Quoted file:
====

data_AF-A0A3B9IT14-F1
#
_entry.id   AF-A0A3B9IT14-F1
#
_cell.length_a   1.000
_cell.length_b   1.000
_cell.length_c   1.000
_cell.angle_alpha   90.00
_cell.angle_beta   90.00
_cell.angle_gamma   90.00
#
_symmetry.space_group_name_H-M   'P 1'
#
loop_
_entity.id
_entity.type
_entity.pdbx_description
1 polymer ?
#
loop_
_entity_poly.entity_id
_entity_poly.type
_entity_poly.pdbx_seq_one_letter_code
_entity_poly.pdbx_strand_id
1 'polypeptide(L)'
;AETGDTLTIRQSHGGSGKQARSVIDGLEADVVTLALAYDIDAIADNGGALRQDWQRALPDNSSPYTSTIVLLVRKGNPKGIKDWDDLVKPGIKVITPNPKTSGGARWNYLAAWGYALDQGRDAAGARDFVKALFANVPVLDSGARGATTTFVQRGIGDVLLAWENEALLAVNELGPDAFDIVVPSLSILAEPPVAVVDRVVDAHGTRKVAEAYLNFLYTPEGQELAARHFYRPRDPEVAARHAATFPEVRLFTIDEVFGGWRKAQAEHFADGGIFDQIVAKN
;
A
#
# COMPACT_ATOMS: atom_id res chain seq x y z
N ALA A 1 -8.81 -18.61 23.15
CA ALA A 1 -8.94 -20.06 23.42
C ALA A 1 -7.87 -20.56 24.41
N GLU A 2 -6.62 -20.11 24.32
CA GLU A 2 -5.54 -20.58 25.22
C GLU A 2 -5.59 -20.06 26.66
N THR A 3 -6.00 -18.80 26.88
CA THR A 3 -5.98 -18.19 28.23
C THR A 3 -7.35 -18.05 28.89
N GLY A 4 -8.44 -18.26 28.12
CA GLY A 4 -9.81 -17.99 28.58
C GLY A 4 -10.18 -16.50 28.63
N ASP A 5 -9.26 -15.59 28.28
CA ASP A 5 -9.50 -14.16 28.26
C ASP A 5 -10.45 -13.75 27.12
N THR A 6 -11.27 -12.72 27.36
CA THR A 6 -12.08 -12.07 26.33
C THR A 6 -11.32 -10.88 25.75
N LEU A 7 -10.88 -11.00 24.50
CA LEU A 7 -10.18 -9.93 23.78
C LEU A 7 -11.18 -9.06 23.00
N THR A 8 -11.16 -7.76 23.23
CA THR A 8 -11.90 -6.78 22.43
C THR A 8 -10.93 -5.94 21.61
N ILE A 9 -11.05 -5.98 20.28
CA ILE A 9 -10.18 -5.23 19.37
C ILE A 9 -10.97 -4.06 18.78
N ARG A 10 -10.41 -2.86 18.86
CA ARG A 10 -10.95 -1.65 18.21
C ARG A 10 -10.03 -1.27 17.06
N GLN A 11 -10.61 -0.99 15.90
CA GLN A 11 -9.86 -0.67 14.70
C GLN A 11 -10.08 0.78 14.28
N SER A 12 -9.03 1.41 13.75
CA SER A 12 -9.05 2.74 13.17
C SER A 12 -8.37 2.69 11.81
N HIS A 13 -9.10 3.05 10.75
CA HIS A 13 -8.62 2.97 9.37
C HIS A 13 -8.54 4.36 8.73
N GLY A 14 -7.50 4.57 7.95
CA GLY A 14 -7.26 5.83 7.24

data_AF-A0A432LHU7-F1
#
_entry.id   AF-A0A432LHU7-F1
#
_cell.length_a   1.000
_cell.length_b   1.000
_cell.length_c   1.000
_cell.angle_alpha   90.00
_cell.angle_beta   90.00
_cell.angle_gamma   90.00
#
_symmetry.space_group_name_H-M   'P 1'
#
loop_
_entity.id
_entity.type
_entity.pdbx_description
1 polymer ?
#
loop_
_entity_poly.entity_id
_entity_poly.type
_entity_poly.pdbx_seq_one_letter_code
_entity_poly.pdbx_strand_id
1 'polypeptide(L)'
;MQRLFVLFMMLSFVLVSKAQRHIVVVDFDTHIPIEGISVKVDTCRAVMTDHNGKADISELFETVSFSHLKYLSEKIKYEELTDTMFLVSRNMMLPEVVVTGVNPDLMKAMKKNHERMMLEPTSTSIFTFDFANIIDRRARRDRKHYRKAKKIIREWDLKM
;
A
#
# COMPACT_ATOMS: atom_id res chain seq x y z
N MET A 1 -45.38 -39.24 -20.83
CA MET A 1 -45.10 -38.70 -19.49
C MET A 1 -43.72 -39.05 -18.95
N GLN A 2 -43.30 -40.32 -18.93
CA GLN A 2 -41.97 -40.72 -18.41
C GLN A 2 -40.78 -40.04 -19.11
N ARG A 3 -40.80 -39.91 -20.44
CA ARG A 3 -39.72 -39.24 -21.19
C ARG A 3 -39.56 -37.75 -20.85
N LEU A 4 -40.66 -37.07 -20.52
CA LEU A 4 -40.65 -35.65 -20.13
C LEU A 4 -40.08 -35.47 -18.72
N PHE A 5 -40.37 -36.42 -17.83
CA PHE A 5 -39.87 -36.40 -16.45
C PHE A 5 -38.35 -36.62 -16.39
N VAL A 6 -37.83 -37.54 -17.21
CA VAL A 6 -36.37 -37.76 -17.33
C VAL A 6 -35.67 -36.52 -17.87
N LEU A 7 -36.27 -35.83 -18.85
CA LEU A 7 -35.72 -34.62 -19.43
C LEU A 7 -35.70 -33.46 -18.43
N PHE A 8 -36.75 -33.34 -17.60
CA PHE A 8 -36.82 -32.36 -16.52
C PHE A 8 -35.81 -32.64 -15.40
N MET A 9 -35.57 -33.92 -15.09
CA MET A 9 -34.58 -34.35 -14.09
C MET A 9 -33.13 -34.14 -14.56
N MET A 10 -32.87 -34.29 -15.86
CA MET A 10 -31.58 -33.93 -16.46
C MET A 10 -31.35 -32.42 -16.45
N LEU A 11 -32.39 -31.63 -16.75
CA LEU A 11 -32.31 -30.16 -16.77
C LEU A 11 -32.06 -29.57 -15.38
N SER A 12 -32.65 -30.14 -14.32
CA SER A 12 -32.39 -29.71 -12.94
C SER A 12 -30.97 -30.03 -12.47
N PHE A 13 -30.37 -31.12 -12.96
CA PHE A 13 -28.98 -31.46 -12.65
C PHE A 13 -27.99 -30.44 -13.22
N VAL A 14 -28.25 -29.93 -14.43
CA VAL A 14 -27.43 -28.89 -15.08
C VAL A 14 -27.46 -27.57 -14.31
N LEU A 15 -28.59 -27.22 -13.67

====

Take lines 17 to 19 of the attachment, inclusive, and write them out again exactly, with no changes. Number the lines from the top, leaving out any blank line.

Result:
_entity.pdbx_description
1 polymer ?
#